Senate approves postal service reform, passes amendments from McCaskill and Blunt
On Wednesday, the U.S. Senate passed a reform of the U.S. Postal Service by 62 to 37. As the Washington Post reported, the bill made several sweeping changes. Among the major changes:
- allowing Saturday mail service to end if it is shown to be financially necessary;
- setting aside $111 billion for employee buy-outs and early retirements;
- ending overnight delivery to more distant locations.
The bill included numerous amendments. Among the ones that passed Wednesday was one from U.S. Sens. Roy Blunt, R-Mo., and Michael Bennet, D-Colo., that provides for a citizens' advocate to represent the public in postal closures.
“As the U.S. Postal Service continues to face serious fiscal problems, we need to consider all possible options before closing post offices and processing centers. Rural communities and small towns in Missouri and across the country rely heavily on the U.S. Postal Service every day and deserve to have their voices heard throughout the process," said Blunt.
“I applaud the passage of this bipartisan amendment to the postal reform bill that will provide communities facing postal closures with a citizens’ advocate to represent their interests," continued Blunt. "Working together to balance citizens’ needs with the Postal Service’s serious financial challenges, we can achieve an outcome that will protect the mail delivery service for the rural communities and small towns that make up America.”
On Tuesday, the Senate passed an amendment of U.S. Sen. Claire McCaskill, D-Mo., that made it tougher to close rural post offices.
Read the Beacon's earlier story below.
WASHINGTON – The U.S. Senate, moving toward a final vote Wednesday on a bill that aims to keep the troubled U.S. Postal Service operating, approved a modified amendment by Sen. Claire McCaskill on Tuesday to make it tougher to close rural post offices.
After the voice vote, McCaskill, D-Mo., said the measure would give “a year of breathing time” for the 167 rural postal retail facilities in Missouri that were slated to be closed, and would require postal officials to meet several standards before closing a post office.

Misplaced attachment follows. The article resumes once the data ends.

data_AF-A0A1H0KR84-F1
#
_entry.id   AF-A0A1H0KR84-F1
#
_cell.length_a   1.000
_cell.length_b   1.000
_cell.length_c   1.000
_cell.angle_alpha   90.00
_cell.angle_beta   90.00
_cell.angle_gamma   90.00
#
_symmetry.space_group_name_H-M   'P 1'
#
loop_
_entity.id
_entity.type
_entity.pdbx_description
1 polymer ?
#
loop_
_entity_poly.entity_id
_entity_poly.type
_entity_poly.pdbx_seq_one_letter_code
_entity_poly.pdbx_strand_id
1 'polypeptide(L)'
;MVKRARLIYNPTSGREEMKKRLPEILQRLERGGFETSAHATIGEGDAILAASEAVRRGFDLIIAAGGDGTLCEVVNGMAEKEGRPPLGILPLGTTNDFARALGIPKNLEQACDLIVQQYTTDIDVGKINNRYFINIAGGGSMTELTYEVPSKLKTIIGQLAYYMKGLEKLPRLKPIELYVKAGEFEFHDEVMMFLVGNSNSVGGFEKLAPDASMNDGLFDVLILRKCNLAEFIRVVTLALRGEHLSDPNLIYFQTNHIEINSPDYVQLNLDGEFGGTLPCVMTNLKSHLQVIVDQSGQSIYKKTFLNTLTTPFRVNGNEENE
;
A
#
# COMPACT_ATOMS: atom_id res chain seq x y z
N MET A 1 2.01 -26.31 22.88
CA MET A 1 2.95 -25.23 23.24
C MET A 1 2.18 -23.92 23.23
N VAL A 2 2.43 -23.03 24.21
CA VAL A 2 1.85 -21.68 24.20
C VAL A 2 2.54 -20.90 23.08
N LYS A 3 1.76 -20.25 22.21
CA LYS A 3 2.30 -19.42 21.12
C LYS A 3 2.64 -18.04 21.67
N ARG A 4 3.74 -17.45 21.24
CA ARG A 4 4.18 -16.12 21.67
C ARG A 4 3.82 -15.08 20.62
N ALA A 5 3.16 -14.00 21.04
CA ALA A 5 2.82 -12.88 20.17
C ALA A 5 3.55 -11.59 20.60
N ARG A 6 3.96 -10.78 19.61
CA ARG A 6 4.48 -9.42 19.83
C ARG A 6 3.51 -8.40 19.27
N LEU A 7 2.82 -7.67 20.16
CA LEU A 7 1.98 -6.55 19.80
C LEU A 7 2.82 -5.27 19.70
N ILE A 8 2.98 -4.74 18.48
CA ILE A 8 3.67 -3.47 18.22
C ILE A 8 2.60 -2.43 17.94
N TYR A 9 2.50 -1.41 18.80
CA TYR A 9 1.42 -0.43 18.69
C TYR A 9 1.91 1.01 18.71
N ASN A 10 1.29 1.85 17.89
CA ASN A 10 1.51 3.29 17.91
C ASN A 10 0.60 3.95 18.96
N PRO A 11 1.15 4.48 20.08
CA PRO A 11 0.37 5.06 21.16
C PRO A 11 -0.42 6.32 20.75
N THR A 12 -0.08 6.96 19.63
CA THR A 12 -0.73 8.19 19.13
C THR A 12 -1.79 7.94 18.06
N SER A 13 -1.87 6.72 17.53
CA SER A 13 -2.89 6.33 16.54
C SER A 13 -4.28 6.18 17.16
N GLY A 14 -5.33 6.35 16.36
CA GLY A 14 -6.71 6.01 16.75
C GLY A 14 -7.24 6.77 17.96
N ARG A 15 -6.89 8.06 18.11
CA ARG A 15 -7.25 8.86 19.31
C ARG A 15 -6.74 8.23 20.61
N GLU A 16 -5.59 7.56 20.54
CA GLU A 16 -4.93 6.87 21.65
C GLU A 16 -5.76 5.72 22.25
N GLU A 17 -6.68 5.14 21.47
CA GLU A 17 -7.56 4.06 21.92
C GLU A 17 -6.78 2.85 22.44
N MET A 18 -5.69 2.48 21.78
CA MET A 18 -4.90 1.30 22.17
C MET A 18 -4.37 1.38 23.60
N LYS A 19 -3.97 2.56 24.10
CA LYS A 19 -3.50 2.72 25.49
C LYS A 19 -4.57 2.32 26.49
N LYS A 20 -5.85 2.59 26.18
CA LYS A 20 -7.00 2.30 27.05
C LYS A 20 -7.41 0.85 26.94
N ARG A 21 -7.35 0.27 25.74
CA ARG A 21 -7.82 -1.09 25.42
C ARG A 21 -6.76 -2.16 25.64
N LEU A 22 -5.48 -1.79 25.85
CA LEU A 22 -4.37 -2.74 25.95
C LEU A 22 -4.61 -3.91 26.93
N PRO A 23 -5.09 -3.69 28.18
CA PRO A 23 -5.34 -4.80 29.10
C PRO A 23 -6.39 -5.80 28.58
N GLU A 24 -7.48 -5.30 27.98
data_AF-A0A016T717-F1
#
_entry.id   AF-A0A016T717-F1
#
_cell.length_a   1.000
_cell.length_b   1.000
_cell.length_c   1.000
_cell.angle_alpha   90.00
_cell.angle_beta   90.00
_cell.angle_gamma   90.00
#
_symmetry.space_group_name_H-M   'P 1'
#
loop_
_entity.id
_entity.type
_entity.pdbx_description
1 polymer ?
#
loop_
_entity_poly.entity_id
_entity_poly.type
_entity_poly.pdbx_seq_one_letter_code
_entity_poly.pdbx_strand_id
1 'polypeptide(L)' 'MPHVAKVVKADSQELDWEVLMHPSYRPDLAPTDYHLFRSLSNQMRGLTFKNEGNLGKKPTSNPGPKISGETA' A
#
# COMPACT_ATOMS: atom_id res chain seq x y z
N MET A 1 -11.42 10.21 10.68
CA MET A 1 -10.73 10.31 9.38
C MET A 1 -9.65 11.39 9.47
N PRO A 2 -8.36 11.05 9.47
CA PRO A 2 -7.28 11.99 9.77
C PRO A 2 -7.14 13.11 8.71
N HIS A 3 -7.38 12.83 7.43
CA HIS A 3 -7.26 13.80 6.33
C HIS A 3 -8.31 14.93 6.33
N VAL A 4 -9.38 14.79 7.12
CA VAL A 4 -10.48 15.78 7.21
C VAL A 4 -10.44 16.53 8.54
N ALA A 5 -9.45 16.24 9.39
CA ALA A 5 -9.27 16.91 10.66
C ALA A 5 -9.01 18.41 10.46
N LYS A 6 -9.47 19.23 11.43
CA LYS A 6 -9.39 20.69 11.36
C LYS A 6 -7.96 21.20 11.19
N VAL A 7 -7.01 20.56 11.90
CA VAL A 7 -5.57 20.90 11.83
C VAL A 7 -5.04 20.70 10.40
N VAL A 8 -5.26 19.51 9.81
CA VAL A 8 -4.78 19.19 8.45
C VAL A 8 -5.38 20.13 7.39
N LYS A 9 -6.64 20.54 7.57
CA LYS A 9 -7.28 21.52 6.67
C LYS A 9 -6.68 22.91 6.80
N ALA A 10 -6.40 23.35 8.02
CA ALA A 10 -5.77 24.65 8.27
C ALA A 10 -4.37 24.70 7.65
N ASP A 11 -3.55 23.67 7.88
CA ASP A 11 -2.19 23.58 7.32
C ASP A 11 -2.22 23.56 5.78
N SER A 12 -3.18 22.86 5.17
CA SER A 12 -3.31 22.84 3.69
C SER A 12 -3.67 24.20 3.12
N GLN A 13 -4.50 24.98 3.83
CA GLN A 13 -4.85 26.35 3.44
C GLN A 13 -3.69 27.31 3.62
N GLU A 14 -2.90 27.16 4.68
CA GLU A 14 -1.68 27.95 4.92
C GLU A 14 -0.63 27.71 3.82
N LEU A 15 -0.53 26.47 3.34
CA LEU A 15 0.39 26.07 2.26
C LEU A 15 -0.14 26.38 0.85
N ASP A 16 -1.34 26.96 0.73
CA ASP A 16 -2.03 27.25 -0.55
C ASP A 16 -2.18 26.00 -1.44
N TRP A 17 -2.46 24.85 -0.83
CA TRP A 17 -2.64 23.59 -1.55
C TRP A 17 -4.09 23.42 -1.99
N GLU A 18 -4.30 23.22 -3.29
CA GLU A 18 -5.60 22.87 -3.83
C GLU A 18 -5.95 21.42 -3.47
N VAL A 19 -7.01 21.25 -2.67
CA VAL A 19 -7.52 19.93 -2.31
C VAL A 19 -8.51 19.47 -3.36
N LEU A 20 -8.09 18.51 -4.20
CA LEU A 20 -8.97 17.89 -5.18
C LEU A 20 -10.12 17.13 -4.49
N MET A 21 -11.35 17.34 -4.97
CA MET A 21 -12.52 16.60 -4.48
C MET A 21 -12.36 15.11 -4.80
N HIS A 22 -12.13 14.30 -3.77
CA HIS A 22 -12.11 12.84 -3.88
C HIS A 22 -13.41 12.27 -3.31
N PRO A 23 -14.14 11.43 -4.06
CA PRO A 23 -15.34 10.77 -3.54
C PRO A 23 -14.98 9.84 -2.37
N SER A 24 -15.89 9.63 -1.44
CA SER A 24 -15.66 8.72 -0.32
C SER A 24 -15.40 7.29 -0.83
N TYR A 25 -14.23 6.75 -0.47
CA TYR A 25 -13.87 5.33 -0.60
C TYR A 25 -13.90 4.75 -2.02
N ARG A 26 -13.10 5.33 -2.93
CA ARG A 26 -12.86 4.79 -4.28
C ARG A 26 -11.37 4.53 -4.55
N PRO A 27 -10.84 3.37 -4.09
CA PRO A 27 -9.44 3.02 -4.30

If Congress approves the overall bill, “there [would be] very strict criteria that would have to be used to successfully try to close a rural post office in the future,” McCaskill told reporters. But she and co-sponsor Sen. Jeff Merkley, D-Ore., agreed to a compromise that cut the moratorium on closing rural post offices to one year, from the original two years.
Under the modified amendment, the Postal Service could close a rural post office — in communities with fewer than 50,000 residents — if it convinces the town that the postal alternative is acceptable and if there is no “significant” local opposition to the closure. Otherwise, McCaskill said, rural post offices would be allowed to close only if the postal system shows that:
- Seniors and people with disabilities would receive the same or substantially similar service, including access to mailed prescription medication.
- Jobs and businesses in the community would not suffer economic loss, and the economic loss from the closure would not exceed the postal system’s savings.